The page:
H2O - Installation



H2O can be configured and used with five different options as listed below −

  • Install in Python

  • Install in R

  • Web-based Flow GUI

  • Hadoop

  • Anaconda Cloud

In our subsequent sections, you will see the instructions for installation of H2O based on the options available. You are likely to use one of the options.

Install in Python

To run H2O with Python, the installation requires several dependencies. So let us start installing the minimum set of dependencies to run H2O.

Installing Dependencies

To install a dependency, execute the following pip command −

$ pip install requests

Open your console window and type the above command to install the requests package. The following screenshot shows the execution of the above command on our Mac machine −

installing_dependencies

After installing requests, you need to install three more packages as shown below −

$ pip install tabulate
$ pip install "colorama >= 0.3.8"
$ pip install future

The most updated list of dependencies is available on H2O GitHub page. At the time of this writing, the following dependencies are listed on the page.

python 2. H2O — Installation
pip >= 9.0.1
setuptools
colorama >= 0.3.7
future >= 0.15.2

Removing Older Versions

After installing the above dependencies, you need to remove any existing H2O installation. To do so, run the following command −

$ pip uninstall h2o

Installing the Latest Version

Now, let us install the latest version of H2O using the following command −

$ pip install -f http://h2o-release.s3.amazonaws.com/h2o/latest_stable_Py.html h2o

After successful installation, you should see the following message display on the screen −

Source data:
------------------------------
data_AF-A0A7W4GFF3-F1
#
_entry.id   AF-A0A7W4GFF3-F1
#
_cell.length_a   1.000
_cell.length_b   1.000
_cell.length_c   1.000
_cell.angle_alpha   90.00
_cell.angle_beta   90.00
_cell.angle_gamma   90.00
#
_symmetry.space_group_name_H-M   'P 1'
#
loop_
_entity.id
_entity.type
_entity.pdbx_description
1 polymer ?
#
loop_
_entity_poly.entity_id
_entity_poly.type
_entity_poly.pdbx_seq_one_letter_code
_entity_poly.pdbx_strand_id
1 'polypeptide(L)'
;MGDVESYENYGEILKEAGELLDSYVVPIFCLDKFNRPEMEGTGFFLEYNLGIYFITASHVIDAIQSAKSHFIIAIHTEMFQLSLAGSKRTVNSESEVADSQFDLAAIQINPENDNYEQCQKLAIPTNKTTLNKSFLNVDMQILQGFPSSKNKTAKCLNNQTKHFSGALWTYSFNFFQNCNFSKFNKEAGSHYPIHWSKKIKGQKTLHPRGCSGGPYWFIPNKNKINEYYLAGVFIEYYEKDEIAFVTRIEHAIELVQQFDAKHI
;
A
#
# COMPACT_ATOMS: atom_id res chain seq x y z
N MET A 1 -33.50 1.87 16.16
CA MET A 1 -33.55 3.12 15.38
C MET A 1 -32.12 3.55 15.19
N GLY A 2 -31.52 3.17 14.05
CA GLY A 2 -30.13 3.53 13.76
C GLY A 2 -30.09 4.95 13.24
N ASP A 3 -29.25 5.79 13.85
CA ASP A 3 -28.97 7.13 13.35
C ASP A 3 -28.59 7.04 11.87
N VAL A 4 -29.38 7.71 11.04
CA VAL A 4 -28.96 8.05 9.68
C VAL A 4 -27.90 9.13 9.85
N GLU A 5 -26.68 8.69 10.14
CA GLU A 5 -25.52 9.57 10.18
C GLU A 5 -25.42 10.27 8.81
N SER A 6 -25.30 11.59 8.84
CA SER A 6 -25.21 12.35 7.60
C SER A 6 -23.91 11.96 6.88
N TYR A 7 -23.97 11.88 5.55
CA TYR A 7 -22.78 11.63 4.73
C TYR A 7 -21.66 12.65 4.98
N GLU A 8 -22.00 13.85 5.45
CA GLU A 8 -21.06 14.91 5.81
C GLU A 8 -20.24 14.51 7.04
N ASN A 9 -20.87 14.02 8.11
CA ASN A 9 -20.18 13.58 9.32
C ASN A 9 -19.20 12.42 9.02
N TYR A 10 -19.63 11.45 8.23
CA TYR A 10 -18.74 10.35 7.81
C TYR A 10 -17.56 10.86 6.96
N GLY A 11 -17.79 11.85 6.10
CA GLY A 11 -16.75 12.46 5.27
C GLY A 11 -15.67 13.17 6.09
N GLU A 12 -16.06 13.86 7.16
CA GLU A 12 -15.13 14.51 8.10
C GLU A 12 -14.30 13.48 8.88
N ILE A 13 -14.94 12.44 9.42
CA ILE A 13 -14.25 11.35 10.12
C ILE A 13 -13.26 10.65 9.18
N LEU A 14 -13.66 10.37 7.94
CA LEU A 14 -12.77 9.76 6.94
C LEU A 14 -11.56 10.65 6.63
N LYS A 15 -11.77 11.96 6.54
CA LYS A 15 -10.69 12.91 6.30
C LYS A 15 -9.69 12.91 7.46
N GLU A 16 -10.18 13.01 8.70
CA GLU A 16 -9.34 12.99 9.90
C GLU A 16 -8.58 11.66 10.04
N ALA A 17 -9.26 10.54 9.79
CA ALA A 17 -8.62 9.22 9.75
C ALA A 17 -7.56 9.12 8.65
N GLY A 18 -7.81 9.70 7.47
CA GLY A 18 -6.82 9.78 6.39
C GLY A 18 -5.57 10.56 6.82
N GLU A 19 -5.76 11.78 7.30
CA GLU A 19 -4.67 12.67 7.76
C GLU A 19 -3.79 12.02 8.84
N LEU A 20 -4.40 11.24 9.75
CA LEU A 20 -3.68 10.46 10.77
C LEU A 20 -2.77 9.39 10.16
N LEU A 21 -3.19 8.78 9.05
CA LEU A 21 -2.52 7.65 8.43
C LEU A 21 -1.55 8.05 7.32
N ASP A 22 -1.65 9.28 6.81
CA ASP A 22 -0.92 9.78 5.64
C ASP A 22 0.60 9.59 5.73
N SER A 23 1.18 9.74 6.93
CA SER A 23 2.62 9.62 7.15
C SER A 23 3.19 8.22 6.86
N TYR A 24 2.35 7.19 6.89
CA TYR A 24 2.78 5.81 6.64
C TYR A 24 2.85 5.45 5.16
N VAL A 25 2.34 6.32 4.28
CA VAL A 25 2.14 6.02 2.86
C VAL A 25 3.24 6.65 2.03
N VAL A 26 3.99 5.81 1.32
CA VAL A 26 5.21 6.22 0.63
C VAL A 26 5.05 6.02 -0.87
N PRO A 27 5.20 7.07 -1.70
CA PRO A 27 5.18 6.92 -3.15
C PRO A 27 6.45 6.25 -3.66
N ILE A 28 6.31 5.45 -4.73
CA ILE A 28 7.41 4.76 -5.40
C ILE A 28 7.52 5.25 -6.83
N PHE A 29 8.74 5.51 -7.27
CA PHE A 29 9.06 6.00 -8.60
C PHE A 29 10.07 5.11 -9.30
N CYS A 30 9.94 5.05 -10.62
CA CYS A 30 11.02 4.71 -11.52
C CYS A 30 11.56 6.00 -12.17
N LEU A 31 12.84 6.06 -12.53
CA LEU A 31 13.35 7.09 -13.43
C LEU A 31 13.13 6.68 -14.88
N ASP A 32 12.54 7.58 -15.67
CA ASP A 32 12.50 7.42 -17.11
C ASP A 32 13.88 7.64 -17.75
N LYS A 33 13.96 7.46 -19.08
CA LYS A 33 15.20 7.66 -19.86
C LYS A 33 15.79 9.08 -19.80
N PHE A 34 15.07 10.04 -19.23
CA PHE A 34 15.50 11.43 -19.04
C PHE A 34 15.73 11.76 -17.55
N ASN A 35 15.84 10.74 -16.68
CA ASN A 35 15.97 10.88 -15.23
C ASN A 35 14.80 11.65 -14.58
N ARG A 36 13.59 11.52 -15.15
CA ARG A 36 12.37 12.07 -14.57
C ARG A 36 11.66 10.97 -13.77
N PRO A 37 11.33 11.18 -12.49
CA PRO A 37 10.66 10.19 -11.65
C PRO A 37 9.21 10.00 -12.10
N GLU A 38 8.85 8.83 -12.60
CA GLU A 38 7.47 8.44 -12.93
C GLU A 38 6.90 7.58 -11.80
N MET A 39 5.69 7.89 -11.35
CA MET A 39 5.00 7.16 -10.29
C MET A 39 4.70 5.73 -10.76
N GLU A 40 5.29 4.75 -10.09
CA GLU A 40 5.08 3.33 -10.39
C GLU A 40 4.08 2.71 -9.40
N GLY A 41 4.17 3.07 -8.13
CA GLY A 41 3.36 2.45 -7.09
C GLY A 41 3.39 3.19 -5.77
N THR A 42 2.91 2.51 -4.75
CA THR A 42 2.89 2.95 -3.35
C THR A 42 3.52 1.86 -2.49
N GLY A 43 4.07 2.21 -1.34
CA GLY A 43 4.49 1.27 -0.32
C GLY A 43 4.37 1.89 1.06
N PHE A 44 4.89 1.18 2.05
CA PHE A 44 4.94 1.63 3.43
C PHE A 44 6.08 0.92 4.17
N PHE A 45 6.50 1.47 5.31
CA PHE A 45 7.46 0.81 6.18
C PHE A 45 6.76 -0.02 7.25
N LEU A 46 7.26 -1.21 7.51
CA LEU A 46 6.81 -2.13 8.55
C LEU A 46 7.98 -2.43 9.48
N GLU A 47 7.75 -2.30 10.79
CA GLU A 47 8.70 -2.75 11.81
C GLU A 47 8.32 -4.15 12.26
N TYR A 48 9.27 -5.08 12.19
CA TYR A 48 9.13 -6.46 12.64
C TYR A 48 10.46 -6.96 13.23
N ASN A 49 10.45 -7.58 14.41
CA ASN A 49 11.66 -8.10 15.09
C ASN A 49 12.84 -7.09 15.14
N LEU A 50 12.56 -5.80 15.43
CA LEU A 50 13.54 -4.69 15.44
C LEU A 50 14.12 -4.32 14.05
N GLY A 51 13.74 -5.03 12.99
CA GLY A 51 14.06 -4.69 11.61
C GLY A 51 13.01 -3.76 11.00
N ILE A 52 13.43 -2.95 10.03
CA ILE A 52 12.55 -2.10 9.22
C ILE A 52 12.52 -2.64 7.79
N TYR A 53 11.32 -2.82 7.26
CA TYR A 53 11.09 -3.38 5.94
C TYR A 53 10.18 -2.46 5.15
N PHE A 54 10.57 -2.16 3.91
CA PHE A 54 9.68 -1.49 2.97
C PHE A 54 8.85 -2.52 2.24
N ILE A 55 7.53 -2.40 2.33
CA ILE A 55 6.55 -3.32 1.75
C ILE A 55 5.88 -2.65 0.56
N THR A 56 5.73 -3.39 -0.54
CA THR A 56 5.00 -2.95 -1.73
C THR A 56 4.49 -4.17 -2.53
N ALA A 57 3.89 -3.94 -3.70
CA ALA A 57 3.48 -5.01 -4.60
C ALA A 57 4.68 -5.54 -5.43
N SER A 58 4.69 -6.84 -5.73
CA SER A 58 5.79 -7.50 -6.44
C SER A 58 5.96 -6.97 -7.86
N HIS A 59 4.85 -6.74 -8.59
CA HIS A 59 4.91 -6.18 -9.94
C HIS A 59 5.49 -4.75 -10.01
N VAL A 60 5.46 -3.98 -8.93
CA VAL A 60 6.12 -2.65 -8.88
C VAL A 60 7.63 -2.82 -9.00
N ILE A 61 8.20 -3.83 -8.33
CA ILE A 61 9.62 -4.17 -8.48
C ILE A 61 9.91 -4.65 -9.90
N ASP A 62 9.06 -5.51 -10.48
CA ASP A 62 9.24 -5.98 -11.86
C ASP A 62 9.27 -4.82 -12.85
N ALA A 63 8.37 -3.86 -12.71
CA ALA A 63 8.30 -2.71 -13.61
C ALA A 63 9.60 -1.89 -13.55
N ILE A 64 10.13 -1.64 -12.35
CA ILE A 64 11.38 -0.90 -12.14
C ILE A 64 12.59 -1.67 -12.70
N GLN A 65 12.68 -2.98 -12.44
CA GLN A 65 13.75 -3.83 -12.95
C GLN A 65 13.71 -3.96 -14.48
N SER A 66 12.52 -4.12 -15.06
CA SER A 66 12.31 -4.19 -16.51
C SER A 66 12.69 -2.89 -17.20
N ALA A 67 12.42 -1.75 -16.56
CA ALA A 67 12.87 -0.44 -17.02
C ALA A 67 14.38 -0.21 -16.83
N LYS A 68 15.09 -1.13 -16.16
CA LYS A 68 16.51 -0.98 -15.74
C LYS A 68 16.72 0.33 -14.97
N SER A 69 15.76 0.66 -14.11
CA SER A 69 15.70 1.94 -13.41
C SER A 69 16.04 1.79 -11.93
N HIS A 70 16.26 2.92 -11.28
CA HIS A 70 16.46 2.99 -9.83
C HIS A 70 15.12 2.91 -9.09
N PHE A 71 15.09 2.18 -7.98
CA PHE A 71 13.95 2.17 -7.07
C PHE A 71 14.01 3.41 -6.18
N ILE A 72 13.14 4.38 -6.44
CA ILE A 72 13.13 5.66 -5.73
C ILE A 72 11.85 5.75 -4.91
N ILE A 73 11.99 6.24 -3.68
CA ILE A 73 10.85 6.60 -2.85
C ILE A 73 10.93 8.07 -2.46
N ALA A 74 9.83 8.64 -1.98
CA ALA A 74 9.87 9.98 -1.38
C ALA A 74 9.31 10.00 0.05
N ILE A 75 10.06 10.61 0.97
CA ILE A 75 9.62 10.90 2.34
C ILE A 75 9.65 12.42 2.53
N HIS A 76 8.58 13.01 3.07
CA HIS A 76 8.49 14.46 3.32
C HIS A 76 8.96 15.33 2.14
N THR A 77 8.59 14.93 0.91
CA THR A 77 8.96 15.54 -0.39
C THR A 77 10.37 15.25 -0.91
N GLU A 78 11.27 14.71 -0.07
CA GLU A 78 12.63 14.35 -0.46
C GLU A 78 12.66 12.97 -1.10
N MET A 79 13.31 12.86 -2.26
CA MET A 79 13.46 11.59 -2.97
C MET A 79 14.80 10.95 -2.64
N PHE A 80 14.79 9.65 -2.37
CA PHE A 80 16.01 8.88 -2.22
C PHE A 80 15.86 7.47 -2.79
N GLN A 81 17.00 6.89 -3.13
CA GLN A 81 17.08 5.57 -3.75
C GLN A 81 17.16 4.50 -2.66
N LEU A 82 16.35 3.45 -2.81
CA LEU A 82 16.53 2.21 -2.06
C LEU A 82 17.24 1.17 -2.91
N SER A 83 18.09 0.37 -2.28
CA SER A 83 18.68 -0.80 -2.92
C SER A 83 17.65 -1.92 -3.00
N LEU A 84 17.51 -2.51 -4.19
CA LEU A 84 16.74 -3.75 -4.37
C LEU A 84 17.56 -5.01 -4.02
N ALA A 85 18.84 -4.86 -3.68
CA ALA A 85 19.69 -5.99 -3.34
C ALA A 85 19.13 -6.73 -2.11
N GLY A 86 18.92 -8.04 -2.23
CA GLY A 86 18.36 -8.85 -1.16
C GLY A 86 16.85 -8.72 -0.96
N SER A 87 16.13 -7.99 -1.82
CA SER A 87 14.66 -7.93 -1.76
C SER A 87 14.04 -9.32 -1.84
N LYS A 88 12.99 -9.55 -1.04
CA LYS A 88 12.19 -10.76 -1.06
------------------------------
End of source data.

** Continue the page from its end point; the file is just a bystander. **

Installing collected packages: h2o
Successfully installed h2o-3.26.0.1

Testing the Installation

To test the installation, we will run one of the sample applications provided in the H2O installation. First start the Python prompt by typing the following command −

$ Python3

Once the Python interpreter starts, type the following Python statement on the Python command prompt −

>>>import h2o

The above command imports the H2O package in your program. Next, initialize the H2O system using the following command −

>>>h2o.init()

Your screen would show the cluster information and should look the following at this stage −

testing_installation

Now, you are ready to run the sample code. Type the following command on the Python prompt and execute it.

>>>h2o.demo("glm")

The demo consists of a Python notebook with a series of commands. After executing each command, its output is shown immediately on the screen and you will be asked to hit the key to continue with the next step. The partial screenshot on executing the last statement in the notebook is shown here −

python_notebook

At this stage your Python installation is complete and you are ready for your own experimentation.

Install in R